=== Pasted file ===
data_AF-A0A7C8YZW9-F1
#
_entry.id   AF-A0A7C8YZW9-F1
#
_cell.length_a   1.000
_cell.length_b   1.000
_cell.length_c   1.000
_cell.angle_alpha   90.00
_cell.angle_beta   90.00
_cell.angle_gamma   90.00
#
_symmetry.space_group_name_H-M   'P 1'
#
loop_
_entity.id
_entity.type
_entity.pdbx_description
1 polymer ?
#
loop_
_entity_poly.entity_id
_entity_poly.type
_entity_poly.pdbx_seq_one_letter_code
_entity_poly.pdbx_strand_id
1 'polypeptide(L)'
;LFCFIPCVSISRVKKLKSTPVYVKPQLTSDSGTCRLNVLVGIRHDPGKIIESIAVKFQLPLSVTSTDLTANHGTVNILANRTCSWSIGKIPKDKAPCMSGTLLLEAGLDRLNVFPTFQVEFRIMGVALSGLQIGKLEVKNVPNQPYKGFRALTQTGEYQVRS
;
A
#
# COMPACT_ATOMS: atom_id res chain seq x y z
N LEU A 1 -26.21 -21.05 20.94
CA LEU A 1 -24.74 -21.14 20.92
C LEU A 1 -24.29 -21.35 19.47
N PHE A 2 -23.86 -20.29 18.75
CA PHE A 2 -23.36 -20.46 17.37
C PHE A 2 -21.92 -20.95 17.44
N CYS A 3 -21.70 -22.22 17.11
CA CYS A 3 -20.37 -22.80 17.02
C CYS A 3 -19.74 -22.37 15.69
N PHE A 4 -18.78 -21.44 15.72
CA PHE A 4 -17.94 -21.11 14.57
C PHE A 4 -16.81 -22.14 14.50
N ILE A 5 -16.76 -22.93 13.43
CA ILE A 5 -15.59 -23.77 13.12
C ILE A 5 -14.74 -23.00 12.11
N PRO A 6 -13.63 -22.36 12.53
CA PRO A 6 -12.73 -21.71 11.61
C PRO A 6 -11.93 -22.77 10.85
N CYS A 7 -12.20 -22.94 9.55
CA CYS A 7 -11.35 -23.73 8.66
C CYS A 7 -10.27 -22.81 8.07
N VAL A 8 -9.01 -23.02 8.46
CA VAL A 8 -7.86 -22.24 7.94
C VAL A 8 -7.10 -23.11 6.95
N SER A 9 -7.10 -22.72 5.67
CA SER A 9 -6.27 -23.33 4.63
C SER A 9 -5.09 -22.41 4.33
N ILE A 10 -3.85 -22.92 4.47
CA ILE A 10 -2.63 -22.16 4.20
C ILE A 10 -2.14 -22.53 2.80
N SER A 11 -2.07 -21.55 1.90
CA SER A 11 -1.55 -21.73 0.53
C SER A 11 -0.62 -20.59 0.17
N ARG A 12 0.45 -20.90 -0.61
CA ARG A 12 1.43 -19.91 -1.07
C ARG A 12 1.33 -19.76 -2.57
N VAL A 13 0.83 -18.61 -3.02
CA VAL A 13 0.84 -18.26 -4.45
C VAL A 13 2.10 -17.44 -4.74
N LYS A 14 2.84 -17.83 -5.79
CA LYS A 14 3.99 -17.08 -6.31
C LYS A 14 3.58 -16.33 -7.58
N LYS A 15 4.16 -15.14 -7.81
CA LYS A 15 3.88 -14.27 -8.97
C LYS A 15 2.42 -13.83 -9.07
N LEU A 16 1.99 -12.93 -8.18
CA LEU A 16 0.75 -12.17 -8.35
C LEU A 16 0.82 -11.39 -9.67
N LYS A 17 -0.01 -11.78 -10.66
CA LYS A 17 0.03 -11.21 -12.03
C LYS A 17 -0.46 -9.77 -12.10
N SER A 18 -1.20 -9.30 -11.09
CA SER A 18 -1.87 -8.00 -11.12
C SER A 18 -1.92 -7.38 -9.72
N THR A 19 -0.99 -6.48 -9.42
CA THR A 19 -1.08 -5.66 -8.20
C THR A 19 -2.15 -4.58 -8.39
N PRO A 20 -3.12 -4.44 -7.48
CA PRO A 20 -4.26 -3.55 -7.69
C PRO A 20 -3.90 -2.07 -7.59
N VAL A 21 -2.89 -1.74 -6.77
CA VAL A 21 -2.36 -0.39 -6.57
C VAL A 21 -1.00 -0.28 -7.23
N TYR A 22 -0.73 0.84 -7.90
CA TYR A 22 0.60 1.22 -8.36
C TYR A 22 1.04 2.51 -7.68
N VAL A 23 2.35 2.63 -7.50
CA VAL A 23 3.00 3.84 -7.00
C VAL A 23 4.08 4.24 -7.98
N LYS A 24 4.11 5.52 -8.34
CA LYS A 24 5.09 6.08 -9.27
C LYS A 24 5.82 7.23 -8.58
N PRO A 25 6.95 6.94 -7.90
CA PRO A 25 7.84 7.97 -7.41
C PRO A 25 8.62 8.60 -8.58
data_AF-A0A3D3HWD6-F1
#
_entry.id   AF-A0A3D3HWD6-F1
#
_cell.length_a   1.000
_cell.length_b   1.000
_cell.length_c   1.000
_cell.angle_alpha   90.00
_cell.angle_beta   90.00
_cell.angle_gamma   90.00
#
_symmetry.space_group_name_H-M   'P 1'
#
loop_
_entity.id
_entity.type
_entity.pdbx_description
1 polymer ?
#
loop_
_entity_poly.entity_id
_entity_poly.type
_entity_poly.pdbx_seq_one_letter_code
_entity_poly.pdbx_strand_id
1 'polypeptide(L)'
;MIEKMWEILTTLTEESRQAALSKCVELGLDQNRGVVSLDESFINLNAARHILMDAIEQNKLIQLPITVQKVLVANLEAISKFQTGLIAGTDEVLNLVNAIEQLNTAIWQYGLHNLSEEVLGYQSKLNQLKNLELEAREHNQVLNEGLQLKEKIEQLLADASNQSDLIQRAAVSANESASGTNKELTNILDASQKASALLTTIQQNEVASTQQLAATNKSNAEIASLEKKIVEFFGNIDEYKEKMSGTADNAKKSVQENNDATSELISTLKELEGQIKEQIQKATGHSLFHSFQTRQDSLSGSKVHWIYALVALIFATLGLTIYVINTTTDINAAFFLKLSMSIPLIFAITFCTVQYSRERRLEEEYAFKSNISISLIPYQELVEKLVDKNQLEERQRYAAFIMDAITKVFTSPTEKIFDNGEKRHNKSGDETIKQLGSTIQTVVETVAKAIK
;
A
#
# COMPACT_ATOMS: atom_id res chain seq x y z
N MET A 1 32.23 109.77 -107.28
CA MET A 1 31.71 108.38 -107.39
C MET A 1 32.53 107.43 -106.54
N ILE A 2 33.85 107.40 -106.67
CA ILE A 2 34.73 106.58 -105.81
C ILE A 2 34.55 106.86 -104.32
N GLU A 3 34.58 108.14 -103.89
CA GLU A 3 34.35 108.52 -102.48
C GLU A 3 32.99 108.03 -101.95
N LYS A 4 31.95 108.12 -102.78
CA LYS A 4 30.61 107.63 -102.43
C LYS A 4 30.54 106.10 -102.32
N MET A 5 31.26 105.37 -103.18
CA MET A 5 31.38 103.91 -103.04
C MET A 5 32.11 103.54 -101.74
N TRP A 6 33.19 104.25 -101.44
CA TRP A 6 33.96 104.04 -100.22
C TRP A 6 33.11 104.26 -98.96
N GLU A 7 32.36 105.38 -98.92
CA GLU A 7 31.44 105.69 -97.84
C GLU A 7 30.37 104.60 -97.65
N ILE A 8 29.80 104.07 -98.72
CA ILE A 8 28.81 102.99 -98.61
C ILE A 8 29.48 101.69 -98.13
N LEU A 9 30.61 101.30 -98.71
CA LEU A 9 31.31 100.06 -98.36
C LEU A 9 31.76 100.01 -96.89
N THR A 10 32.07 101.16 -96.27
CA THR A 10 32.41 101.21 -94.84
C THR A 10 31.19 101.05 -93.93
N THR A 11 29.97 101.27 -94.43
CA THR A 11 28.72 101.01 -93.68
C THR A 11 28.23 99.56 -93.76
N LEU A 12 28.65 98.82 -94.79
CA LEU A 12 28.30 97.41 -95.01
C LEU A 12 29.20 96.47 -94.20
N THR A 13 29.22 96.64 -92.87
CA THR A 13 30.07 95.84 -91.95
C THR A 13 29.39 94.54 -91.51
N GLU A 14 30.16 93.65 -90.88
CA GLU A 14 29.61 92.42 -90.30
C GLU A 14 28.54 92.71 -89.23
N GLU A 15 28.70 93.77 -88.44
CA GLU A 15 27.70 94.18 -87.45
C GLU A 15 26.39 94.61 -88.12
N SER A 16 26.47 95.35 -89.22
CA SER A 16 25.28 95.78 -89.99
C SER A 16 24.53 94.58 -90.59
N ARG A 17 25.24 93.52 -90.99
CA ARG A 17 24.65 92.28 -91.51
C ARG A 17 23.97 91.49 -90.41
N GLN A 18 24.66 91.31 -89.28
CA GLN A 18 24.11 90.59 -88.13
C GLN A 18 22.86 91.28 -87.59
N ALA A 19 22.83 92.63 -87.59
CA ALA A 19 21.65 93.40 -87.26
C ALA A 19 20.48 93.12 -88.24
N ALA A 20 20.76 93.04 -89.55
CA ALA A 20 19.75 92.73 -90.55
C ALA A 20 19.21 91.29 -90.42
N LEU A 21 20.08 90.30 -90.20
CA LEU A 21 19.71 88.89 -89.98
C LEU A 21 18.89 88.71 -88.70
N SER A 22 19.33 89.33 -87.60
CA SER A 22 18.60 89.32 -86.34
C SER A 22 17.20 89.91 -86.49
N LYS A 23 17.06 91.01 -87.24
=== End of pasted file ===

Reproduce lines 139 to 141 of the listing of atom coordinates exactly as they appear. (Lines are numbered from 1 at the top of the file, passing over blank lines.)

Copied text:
N ILE A 2 33.85 107.40 -106.67
CA ILE A 2 34.73 106.58 -105.81
C ILE A 2 34.55 106.86 -104.32